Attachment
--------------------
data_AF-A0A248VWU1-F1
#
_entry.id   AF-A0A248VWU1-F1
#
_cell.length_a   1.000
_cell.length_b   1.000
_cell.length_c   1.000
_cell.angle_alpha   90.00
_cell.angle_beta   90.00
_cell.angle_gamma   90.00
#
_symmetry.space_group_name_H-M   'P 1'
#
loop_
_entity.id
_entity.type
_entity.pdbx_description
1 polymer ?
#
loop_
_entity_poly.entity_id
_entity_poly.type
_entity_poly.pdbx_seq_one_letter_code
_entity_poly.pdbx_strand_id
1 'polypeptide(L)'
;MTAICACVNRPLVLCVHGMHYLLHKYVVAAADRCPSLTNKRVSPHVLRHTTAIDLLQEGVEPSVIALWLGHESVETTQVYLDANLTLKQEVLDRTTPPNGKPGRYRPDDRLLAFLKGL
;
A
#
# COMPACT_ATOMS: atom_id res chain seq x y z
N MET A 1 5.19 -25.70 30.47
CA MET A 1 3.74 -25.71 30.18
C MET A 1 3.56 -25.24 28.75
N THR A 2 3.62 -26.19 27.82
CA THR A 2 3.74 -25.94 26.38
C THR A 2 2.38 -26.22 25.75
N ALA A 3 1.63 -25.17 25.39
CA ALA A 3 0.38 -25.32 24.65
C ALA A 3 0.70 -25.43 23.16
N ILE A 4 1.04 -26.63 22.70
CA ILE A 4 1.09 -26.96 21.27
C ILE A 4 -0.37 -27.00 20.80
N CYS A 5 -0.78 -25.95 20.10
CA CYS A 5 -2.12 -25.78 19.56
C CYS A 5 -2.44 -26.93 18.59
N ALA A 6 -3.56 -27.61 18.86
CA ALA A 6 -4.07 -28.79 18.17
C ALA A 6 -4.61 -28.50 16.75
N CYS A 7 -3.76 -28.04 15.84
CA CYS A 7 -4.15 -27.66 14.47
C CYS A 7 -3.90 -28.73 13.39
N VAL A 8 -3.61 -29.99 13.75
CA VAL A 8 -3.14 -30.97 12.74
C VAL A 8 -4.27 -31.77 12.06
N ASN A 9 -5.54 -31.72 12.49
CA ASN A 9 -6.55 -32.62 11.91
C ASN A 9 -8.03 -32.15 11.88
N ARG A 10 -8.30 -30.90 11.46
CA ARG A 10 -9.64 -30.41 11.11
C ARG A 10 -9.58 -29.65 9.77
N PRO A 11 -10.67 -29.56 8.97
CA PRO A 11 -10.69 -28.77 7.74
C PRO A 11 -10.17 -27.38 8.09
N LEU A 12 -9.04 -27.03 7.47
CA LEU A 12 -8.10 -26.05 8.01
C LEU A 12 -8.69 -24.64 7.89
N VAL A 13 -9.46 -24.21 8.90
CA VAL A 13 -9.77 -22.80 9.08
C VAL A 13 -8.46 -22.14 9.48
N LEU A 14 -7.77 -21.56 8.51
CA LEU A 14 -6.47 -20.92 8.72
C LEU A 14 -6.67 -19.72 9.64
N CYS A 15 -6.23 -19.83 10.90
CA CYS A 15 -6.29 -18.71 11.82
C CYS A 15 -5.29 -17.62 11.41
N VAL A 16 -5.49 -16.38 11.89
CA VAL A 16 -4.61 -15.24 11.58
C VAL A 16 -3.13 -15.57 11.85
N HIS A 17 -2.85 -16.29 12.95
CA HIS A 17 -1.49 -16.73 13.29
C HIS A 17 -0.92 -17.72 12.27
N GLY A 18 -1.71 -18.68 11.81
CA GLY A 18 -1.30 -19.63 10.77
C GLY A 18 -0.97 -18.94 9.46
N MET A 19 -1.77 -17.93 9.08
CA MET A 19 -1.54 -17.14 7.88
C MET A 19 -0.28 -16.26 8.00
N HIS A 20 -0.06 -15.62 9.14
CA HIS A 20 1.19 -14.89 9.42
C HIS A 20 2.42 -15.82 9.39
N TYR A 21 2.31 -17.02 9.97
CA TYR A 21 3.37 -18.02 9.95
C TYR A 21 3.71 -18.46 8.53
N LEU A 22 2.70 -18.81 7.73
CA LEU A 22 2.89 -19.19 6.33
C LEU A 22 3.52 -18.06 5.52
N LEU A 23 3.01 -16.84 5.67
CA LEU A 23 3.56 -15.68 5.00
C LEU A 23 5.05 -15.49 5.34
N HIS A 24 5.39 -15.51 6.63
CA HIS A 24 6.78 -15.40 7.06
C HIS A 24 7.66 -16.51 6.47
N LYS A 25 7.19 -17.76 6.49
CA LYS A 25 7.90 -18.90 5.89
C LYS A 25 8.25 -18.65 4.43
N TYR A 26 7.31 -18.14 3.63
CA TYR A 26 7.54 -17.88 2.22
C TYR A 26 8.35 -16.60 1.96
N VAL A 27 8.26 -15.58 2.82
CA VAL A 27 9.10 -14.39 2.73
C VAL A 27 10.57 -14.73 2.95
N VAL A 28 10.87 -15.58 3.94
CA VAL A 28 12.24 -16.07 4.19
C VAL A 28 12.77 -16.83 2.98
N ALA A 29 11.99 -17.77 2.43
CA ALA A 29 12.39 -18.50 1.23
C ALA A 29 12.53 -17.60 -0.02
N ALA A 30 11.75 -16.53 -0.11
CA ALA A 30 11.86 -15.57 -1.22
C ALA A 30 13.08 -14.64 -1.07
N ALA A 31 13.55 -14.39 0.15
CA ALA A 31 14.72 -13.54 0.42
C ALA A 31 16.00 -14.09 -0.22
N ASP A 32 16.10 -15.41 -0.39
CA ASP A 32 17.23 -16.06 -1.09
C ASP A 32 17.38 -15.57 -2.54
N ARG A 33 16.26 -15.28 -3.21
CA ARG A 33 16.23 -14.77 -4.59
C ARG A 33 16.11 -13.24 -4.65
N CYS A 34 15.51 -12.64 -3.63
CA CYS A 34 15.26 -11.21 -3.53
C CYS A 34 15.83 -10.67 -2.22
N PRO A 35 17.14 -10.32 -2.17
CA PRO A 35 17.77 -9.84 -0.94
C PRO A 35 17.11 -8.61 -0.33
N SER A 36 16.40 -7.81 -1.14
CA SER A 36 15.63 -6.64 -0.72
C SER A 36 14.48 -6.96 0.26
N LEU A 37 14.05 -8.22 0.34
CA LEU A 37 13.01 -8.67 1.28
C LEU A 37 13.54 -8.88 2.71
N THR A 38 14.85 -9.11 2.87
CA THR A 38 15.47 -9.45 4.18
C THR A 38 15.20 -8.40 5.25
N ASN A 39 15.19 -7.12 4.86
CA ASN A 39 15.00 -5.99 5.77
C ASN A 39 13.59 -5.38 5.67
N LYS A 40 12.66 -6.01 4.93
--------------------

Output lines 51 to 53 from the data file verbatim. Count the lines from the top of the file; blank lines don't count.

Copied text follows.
C CYS A 7 -3.90 -28.73 13.39
N VAL A 8 -3.61 -29.99 13.75
CA VAL A 8 -3.14 -30.97 12.74